Get lost!

Back to static pages

To my amusement, there is a movement away from Web 2.0 "dynamic" web applications, and back to good, old static pages. I can understand that, as it is very very hard to manage the complexity of a modern "micro-service" based web application, based on hundreds or thousands of libraries and projects of which the developer of the interactive web application has zero control. How do you secure such a beast? Well, it seems like most people just don't. So back to static pages!


I will not list all the static web side generators I evaluated. I ended up trying Jekyll.

It installs a lot of crap, even some native programs/libraries that needs compilation. I installed it in a VM, but it is available in Debian, so it's probably safe to run on a workstation.

The default layout is very simple. But it worked out of the box on all devices I tried it, without requiring JavaScript. That was nice - actually two of my primary requirements for any publishing platform. It also handles syntax highlighting of C++ source code. Since I plan to write about C++ - that matters.

What I don't like about Jekyll is that it does not properly separate content from formatting. It keeps everything under one directory, and it seems like different themes have different expectations regarding the structure. Not good. Worse is that many (all?) themes basically invades the directories with their own versions of both logic and formatting files (templates, css, special html pages etc), making it hard or impossible to experiment with different themes. You basically select a theme, and then stick with it, and apply your own changes directly in the themes own files - effectively forking the theme. That's not good if you want to change or upgrade your chosen theme at a later time.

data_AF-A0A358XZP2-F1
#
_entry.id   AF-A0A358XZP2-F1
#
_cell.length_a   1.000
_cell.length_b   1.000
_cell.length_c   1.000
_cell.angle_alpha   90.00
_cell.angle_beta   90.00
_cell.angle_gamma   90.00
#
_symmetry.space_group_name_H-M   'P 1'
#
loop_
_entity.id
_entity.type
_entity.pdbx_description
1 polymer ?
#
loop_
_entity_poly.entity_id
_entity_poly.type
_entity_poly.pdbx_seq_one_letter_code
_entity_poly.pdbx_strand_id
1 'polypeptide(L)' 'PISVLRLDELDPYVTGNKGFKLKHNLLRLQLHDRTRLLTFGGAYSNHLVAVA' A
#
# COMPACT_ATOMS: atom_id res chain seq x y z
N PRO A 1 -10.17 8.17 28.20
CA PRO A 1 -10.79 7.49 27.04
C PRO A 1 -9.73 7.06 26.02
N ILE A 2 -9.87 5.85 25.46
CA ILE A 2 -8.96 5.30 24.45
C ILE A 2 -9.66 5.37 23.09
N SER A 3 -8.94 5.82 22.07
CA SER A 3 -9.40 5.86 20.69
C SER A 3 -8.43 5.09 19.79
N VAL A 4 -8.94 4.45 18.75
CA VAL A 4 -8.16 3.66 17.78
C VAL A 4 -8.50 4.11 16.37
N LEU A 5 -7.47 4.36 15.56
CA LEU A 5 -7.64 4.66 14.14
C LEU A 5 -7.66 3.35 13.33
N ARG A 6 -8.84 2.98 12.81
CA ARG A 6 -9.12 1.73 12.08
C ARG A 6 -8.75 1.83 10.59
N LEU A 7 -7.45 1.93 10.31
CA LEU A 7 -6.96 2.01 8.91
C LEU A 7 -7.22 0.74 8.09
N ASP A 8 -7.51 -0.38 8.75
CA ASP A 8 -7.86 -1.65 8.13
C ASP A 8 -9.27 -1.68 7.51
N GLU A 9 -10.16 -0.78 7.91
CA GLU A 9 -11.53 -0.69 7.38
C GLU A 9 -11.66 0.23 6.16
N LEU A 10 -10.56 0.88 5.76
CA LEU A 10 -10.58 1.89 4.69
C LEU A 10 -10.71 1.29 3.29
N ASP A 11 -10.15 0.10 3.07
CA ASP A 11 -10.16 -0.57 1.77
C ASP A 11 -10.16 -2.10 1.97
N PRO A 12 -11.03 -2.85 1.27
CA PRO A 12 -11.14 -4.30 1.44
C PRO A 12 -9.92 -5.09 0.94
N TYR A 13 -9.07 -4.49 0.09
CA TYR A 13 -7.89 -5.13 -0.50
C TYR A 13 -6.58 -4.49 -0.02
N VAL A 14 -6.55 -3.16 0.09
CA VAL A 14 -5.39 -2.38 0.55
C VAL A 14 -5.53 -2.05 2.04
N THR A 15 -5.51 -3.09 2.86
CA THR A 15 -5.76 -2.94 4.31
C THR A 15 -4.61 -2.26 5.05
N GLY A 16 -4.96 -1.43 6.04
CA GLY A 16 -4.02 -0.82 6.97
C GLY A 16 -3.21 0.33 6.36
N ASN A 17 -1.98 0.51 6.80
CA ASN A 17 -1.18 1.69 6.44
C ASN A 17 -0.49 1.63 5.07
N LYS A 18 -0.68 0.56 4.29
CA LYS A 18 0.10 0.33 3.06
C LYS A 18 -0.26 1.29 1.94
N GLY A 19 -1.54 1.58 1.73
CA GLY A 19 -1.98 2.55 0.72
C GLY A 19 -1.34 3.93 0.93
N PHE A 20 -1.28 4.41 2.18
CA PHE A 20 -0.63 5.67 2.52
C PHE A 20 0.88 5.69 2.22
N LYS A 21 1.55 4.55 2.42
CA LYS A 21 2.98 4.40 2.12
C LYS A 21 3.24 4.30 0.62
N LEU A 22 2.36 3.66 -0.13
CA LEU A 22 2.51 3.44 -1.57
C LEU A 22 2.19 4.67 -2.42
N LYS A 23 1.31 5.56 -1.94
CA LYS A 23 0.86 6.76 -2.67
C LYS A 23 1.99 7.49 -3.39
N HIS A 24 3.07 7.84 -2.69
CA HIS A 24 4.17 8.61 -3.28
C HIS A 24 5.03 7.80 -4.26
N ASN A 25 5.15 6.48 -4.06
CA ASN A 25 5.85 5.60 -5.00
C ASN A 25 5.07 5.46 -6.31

I also bumped into some nasty behavior when I started to write my first, own post. It did not show up at all in the default theme. It turned out there was a error in a special section at the start of the page, where the posts name, date, author etc. are declared. Jekyll silently dismissed my content. That's bad. It makes it hard for people to understand how to proceed. It took me a few minutes to pinpoint the reason. But I'm a professional software developer - I know how coders think and what kind of errors they are likely to make.

When I installed a theme, I ran into a more serious problem. The theme installed some 3rd party modules that trashed the whole installation. After that, Jekyll would not work with any theme.

$ jekyll s
Configuration file: /home/jgaa/blog/testetest/_config.yml
            Source: /home/jgaa/blog/testetest
       Destination: /home/jgaa/blog/testetest/_site
 Incremental build: disabled. Enable with --incremental
     Build Warning: Layout 'post' requested in _posts/2017-01-23-welcome-to-jekyll.markdown does not exist.
  Liquid Exception: Included file '_includes/icon-github.html' not found in
jekyll 3.1.6 | Error:  Included file '_includes/icon-github.html' not found

It turned out to be a problem where some binaries were in /usr/bin (Debian) and some in /usr/local/bin (installed by the theme when it was deployed) - and they were not compatible. Zapping the theme - and the files in /usr/local/bin fixed the problem. Again - I am a professional with long experience hunting down such problems. Don't expect a Mummy blogger with a Cat getting pass such an obstacle.

Currently I am using Jekyll with it's default theme for this blog. I have just added one item to the css file to enable the weird viking up in the left corner.

Update: October, 2017

There are many things to like about Jekyll. However, the things I did not like eventually stopped me from blogging actively. So this month, I sat down with some notes about my dream blog-generator and wrote it in C++.

I call it stbl, an acronym for "Static Blog Generator".